Weekly Market Update — November 25, 2023

  • It was a short trading week for equity investors given the Thanksgiving holiday, but stock markets advanced for the 4th week in a row on very light trading
  • All 11 S&P 500 sectors were green this week, with Health Care (+2.2%) and Consumer Staples (+1.4%) leading the pack and Energy (+0.3%) bringing up the rear
  • The week saw a decent amount of earnings reports, especially among retailers Dick’s Sporting Goods, Nordstrom, Best Buy, and Kohl’s and the results were generally decent
  • The economic data received this week was less positive, especially existing home sales which hit a 13-year low and initial jobless claims which surprised
  • The 2-year Treasury increased to 4.95% and the 10-year Treasury increased three basis points to 4.47%
  • Oil crept lower. Prices for Brent crude, the global oil benchmark, were down about 1% to a bit under $81 a barrel
  • Next week will be an especially busy week, as New Home Sales, Consumer Confidence, Q3 GDP, the PCE Price Indices, and the November ISM Manufacturing Index are all on tap
  • In addition, there will be some big names reporting earnings, including blue-chip HP and Intuit, and tech-names Okta, Salesforce and Snowflake
Weekly Market Performance

Close Week YTD
DJIA 35,390 +1.3% +6.8%
S&P 500 4,559 +1.0% +18.7%
NASDAQ 14,251 +0.9% +36.2%
Russell 2000 1,808 +0.5% +2.6%
MSCI EAFE 2,122 +1.2% +9.3%
*Bond Index 2,058.10 -0.11% +0.86%
10–Year Treasury Yield 4.47% +0.03% +0.6%

*Source: Bonds represented by the Bloomberg Barclays US Aggregate Bond TR USD. This chart is for illustrative purposes only and does not represent the performance of any specific security. Past performance cannot guarantee future results.

Stocks Advance for 4th Week in a Row

It was another good week for U.S. equity markets, as the major markets recorded their 4th weekly gain on light trading during the short-holiday trading week as markets were closed Thursday and early Friday for the Thanksgiving holiday. Generally speaking, the Growth names outpaced the Value names, as all 11 S&P 500 sectors advanced


There were also plenty of earnings reports this week, with the most-expected and watched being AI-chipmaker NVIDIA. And after beating earnings and revenues its stock price dropped as it issued cautious guidance because of export challenges with China.

Also, on Friday – and to little media coverage – S&P Global released its estimates of growth in business activity in November and suggested that “relatively subdued demand conditions and dwindling backlogs led firms to cut their workforce numbers for the first time since June 2020.”

There was also fair amount of economic data to digest, most less positive and arguably worse than expected, including that:

Existing Home Sales Decline to 13-Year Low

Existing home sales decreased 4.1% month-over-month in October to a seasonally adjusted annual rate of 3.79 million. That is the slowest pace of sales since August 2010. In addition, sales were down 14.6% from the same period a year ago.

  • The median existing home price for all housing types increased 3.4% year-over-year to $391,800, the fourth consecutive month of year-over-year price increases and the highest ever for the month of October. The median price for single-family homes increased 3.0% year-over-year to $396,100.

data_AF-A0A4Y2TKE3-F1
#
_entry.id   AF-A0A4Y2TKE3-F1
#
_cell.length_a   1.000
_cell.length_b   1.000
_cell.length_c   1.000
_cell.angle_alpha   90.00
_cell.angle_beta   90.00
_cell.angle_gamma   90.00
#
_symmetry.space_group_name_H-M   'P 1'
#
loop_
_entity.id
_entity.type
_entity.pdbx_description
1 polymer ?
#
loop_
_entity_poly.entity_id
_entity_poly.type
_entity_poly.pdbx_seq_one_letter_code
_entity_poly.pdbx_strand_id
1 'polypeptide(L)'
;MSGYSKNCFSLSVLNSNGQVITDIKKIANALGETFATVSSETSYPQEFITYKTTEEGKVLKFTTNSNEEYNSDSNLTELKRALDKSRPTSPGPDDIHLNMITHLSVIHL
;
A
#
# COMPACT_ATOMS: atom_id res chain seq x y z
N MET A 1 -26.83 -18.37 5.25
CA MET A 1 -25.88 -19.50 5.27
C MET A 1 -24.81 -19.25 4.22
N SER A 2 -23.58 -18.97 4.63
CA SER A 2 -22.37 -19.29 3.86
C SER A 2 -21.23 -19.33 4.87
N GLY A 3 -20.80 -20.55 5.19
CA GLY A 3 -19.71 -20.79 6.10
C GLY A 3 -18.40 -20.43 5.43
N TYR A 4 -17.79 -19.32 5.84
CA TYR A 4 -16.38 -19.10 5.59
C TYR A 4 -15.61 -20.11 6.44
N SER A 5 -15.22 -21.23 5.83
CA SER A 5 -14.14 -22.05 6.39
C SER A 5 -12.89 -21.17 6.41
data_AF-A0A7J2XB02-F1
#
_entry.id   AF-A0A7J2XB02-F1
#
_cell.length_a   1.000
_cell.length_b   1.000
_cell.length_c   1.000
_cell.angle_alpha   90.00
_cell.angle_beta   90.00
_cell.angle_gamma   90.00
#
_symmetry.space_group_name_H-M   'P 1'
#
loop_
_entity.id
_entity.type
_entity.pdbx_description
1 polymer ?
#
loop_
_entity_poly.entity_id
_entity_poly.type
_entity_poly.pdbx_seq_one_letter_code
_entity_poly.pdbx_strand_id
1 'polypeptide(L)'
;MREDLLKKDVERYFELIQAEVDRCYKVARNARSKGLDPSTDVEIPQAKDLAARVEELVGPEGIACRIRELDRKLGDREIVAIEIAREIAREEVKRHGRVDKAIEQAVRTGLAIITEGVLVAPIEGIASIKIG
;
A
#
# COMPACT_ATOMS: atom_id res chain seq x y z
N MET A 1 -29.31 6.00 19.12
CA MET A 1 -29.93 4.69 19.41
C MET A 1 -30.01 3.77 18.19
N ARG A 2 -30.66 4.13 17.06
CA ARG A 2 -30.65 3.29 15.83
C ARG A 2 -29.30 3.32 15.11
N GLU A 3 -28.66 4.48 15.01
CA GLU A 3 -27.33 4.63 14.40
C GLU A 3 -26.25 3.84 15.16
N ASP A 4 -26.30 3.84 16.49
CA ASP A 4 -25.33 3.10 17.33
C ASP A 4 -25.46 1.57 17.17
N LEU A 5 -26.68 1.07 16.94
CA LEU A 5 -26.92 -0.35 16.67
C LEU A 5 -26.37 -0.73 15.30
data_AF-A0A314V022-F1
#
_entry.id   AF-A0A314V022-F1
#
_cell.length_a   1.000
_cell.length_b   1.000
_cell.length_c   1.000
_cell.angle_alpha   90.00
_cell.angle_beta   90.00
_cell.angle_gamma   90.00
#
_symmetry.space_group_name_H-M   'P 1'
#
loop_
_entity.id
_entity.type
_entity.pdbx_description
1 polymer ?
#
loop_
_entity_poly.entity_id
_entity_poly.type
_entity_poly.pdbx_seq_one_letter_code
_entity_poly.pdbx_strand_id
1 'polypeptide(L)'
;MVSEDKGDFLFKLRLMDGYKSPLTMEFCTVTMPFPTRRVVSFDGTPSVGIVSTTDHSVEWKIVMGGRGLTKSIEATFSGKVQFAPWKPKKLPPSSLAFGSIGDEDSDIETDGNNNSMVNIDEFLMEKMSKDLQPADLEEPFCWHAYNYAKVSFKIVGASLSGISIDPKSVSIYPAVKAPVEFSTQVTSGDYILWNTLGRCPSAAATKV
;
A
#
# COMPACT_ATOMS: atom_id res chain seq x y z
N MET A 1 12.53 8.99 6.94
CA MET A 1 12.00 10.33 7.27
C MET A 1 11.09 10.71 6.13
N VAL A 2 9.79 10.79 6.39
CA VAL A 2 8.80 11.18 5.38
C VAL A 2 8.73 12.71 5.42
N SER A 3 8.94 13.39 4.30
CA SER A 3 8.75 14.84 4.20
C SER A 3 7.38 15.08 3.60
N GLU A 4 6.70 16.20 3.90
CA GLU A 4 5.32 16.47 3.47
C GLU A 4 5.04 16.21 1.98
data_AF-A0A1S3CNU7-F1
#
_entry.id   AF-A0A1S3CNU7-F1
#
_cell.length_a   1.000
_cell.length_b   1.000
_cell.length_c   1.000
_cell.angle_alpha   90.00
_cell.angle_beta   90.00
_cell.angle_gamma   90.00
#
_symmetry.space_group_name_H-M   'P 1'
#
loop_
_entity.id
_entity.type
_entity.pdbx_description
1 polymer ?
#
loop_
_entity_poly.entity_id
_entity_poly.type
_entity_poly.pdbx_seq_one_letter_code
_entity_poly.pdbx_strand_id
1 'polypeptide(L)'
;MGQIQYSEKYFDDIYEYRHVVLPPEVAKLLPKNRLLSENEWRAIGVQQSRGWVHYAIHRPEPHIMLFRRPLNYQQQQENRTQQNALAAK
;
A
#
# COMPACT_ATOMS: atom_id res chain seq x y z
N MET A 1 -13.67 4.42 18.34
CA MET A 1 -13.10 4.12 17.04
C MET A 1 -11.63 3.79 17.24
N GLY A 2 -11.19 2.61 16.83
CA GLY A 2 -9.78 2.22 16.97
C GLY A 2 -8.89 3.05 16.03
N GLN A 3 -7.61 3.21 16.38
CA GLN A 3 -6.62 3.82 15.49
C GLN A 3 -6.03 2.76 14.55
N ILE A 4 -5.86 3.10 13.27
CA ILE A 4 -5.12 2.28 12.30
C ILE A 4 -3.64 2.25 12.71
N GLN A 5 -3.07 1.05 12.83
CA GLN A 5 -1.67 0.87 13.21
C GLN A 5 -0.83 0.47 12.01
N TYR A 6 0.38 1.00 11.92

• The inventory of homes for sale at the end of October was 1.15 million units, up 1.8% from September and down 5.7% from a year ago.
  • Unsold inventory sits at a 3.6-month supply at the current sales pace, up from 3.4 months in September and versus 3.3 months in October 2022. It remains well below the 6.0-months’ supply typically associated with a more balanced market.
  • 66% of homes sold in October were on the market for less than a month. Properties typically remained on the market for 23 days, up from 21 days in September and 21 days in October 2022.


Durable Goods Orders Decline

  • Durable goods orders for October declined 5.4% month-over-month.
  • Excluding transportation, durable goods orders were flat month-over-month.


Consumer Sentiment Declines Again

  • The final reading for the University of Michigan Consumer Sentiment Index for November came in at 61.3 versus October’s final reading of 63.8.
  • In the same period a year ago, the index stood at 56.7.
  • November marks the fourth straight month that consumer sentiment has declined.

Leading Economic Index Declines Again in October and Signals Recession

The Conference Board Leading Economic Index for the U.S. fell by 0.8% in October 2023 to 103.9 (2016=100), following a decline of 0.7% in September. The LEI contracted by 3.3% over the six-month period between April and October 2023, a smaller decrease than its 4.5% contraction over the previous six months (October 2022 to April 2023).

“The US LEI trajectory remained negative, and its six- and twelve-month growth rates also held in negative territory in October. Among the leading indicators, deteriorating consumers’ expectations for business conditions, lower ISM Index of New Orders, falling equities, and tighter credit conditions drove the index’s most recent decline. After a pause in September, the LEI resumed signaling recession in the near term. The Conference Board expects elevated inflation, high interest rates, and contracting consumer spending – due to depleting pandemic saving and mandatory student loan repayments – to tip the US economy into a very short recession. We forecast that real GDP will expand by just 0.8 percent in 2024.”







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